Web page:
Re: Issue-207

On Apr 18, 2014, at 12:15 , Mike O'Neill <> wrote:

> Hash: SHA1
> If that is the only reason to send a D ("we have reason to believe this DNT signal does not reflect the user's intention") then we do not need a qualifier, just specify that as the only justification for it in the TCS. If there are other possible reasons then, for transparency, there has to be a way of signalling the relevant one to the user.

I think people pointed out that there may be other possible reasons:

* your site was caught serving inappropriate content, and part of the court order was to track all requests for a period of time and keep full logs.  You are under a legal obligation to track all visitors

* As Roy points out, you have reason to believe you are under attack and need to track some or all visitors as part of the diagnosis

I really don’t want to re-open the discussion with Shane and others on this.  We have reached an uneasy middle ground, and if some servers stretch the use of ‘D’ too far, then the consequences will be outside the protocol (user and regulatory complaint, for example, or business relationships).  All we can ask for in the protocol is clarity, and to make sure that the two ends communicate to each other what they think and are asking.  More than that is not possible.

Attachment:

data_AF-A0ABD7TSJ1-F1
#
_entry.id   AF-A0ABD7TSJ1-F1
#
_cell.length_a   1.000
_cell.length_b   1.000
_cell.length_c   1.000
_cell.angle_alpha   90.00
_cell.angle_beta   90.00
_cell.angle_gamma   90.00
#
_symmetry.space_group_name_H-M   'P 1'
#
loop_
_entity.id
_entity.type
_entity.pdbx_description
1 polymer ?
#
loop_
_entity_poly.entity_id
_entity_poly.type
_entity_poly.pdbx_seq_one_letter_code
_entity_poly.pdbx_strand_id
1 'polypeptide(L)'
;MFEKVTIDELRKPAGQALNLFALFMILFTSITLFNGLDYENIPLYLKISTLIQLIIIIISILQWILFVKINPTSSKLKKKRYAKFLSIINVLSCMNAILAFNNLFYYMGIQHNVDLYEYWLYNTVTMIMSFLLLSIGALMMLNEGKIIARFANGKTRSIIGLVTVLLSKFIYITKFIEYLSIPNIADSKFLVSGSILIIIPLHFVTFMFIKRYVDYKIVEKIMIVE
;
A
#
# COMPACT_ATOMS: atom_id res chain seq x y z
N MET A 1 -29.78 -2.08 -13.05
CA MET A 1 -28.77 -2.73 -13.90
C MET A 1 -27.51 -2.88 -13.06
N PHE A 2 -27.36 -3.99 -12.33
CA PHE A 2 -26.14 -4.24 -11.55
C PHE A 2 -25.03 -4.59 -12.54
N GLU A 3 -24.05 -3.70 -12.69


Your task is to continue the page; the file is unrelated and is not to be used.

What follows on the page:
> The UA may indicate the response in some way, and the user is able draw conclusions from it.

Yes, exactly, the UA can tell the user ‘You are asking SkankyCommerce not to track you, and they say they are Disregarding your request. Do you want to close the connection, view their Privacy Policy to see why they might be doing this, or go straight to Yikes! and write a vitriolic review?’

> mike
>> -----Original Message-----
>> From: Roy T. Fielding []
>> Sent: 18 April 2014 19:23
>> To: Walter van Holst
>> Cc:
>> Subject: Re: Issue-207
>> On Apr 18, 2014, at 10:41 AM, Walter van Holst wrote:
>>> Rob already as argued for this better than I can. It only stands to
>>> reason that syntactically well-formed DNT requests are honoured without
>>> second guessing the user.
>> No, that doesn't stand to reason, anywhere.  We don't honor requests
>> from clients that match the pattern of a denial of service attack.
>> We don't honor purchases made with a stolen credit card.  We don't
>> honor requests that appear to be gatewayed through a phishing site.
>> We frequently don't honor requests that pass through an export-controlled
>> location. And we sure don't honor HTTP protocol fields from user agents
>> that lie about their capabilities or semantics.
>> I will never support a standard that allows a user agent to lie about
>> its semantics to a server without any corresponding power of the server
>> to recognize that lie and work around the bug.  That would only
>> encourage unscrupulous actors to manipulate standard protocols for
>> their own personal gain.
>> If a user agent does not adhere to the semantics of the protocol,
>> the signal will be ignored.  This is not subject to the WG's opinion.
>> Whether or not a "D" is sent after a signal is ignored is what
>> is subject to the WG's opinion.
>> ....Roy
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David Singer
Manager, Software Standards, Apple Inc.

Received on Friday, 18 April 2014 21:29:50 UTC